Watch your footing when you make your comeback
Watch your footing when you make your comeback

2.) Don’t take risks

If you’ve suffered from a pretty bad injury it makes no sense to take big risks if you may re-injure yourself. I know I’m one bad ankle roll away from a complete snap in the tendon, an operation and potentially no more proper running for a while if at all competitively again.

Take it easy on difficult terrain, or avoid it altogether for a few months until your injury is back up to dealing with uneven surfaces and feels strong again. Keep the ego under control and the body protected.

3.) Push yourself

This may seem very at odds with the last point, but the two are entirely different. If you’ve had a long period of time off, then you’re likely to be horrendously unfit unless you’ve done plenty of cross training. I’m an all or nothing kind of guy and was pretty much sedentary for five months.

My first run back was horrific and the only way to get back to fitness as quickly as possible is to push yourself and get that heart rate up once or twice a week. That’s not about taking risks, it’s about doing a few sessions that make you feel like for the want of a better phrase that you’re ‘hanging out of the back of your arse’.

That might be some steep stairs reps or an effort 5km run. Whatever it is, it’s important to push that heart rate even if you’re incredibly unfit. It will hurt like hell, but you’ll actually notice the improvements in a much bigger way.

4.) Keep it short and sweet and build gently

A really obvious one, but understand that you’re not going to hit those 100km+ weeks for a while. Start short with some 5km runs, building gradually to 10km and onwards during the week.

Don’t even contemplate those big 40km+ weekend long runs for months. Start small and build small, it’s your best chance of self-preservation and success.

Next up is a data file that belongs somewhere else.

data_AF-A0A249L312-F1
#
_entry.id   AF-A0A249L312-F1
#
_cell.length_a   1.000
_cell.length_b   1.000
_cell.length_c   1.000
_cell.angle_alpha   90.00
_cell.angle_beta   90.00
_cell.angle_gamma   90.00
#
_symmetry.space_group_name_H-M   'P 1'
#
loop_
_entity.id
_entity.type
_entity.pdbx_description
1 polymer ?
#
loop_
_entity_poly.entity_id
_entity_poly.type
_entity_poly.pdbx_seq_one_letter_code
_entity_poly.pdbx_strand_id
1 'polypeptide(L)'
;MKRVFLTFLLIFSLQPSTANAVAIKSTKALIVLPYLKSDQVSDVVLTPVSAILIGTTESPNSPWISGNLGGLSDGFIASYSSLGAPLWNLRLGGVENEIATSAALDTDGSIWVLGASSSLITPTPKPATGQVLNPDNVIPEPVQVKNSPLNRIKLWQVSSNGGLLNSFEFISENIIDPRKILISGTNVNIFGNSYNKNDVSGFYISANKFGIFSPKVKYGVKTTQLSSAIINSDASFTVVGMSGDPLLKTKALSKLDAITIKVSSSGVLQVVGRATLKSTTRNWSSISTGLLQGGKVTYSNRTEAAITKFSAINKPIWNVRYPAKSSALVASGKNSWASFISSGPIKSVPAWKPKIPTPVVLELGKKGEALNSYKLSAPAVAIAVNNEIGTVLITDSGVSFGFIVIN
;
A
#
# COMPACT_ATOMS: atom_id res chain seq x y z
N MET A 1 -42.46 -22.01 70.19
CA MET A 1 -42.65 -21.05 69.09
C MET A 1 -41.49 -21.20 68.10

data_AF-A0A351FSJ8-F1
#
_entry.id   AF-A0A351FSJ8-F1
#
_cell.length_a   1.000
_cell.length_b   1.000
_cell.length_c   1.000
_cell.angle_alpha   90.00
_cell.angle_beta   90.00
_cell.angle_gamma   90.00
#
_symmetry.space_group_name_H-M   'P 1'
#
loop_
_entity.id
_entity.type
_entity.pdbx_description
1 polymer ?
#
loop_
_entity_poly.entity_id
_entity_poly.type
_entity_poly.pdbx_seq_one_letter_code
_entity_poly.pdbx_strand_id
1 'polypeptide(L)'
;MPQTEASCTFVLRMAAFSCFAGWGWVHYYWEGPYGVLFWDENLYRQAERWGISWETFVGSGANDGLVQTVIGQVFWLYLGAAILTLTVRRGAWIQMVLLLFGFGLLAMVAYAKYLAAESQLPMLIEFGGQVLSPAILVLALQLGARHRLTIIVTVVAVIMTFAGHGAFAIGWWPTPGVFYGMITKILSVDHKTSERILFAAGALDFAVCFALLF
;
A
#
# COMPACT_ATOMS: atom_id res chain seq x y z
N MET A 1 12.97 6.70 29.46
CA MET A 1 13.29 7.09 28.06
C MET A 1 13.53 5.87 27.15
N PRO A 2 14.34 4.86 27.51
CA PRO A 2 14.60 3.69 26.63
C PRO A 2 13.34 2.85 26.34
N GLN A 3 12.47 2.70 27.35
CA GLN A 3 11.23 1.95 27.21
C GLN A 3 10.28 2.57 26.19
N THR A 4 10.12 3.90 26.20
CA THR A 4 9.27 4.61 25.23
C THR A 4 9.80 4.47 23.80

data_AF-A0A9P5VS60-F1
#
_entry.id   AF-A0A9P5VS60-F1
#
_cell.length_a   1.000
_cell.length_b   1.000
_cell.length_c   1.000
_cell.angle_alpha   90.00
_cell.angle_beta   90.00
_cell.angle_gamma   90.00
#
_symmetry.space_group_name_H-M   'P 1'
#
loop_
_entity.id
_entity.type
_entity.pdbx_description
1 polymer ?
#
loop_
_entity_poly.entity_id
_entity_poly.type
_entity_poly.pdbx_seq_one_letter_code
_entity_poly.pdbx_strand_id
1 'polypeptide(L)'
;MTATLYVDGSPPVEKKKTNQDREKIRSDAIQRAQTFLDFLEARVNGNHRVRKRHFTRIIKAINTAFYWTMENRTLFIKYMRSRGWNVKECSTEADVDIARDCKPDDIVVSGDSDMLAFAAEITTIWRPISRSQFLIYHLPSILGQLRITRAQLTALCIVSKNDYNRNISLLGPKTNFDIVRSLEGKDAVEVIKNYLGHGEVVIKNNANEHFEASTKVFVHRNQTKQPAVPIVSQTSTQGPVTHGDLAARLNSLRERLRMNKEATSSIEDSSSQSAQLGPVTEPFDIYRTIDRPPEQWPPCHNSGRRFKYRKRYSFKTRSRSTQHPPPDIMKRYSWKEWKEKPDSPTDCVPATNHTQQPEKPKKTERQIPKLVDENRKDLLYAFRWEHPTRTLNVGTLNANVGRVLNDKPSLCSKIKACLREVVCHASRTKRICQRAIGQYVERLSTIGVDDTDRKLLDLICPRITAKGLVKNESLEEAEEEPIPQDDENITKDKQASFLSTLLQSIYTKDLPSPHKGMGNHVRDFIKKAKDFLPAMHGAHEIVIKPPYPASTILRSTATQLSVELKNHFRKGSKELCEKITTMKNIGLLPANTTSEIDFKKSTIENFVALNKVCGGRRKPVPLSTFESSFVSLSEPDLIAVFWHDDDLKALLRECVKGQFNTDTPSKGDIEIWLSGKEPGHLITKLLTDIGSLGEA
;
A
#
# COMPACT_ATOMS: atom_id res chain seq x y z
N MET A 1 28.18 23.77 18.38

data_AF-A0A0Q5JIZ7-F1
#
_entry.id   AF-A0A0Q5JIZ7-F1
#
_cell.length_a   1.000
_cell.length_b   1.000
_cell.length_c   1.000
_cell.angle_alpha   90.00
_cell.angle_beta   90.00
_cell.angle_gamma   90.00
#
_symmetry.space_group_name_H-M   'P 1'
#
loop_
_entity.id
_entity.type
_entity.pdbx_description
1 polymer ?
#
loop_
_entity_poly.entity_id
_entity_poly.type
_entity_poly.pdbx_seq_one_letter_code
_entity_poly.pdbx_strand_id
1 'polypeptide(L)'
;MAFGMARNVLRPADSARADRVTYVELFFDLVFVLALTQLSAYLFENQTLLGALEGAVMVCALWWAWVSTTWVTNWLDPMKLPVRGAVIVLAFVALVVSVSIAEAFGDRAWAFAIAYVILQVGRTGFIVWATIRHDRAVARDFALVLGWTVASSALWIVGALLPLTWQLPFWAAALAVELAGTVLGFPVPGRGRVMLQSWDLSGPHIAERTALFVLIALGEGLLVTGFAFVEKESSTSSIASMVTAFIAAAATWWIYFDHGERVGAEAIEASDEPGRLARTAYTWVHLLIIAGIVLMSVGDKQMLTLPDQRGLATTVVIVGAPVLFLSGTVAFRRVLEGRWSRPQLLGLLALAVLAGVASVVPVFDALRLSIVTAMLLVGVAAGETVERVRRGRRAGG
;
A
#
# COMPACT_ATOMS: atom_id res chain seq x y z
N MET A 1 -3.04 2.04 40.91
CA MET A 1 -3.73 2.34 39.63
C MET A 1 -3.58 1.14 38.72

Build nicely into your training block
Build nicely into your training block

5.) Accept your limits

One of the hardest things for ultra runners is an acceptance of where we are currently versus where we’ve been before. Being at a current state of fitness that’s worse than someone with a 40 cigarette a day smoking habit is tough to accept. We know where we were pre injury and where we know we want/should be. But we also have to understand that it will be many many months before we’re back at that level again.

It’s about self-acceptance and being able to succumb to our new reality of being in the present. Take comfort from the fact that you may be so far down the ladder in terms of fitness that you’ll notice big improvements, quickly.

Just enjoy the journey, safe in the knowledge that each run and session is one step close to that goal or state of being that we wish to attain.

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I'm a mediocre runner who can bat above his average when I train hard. A man of extremes, I do enjoy everything life offers and consider it an absolute pleasure just to be able to put one foot in front of the other and let my mind wander somewhere different.

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I'm a mediocre runner who can bat above his average when I train hard. A man of extremes, I do enjoy everything life offers and consider it an absolute pleasure just to be able to put one foot in front of the other and let my mind wander somewhere different.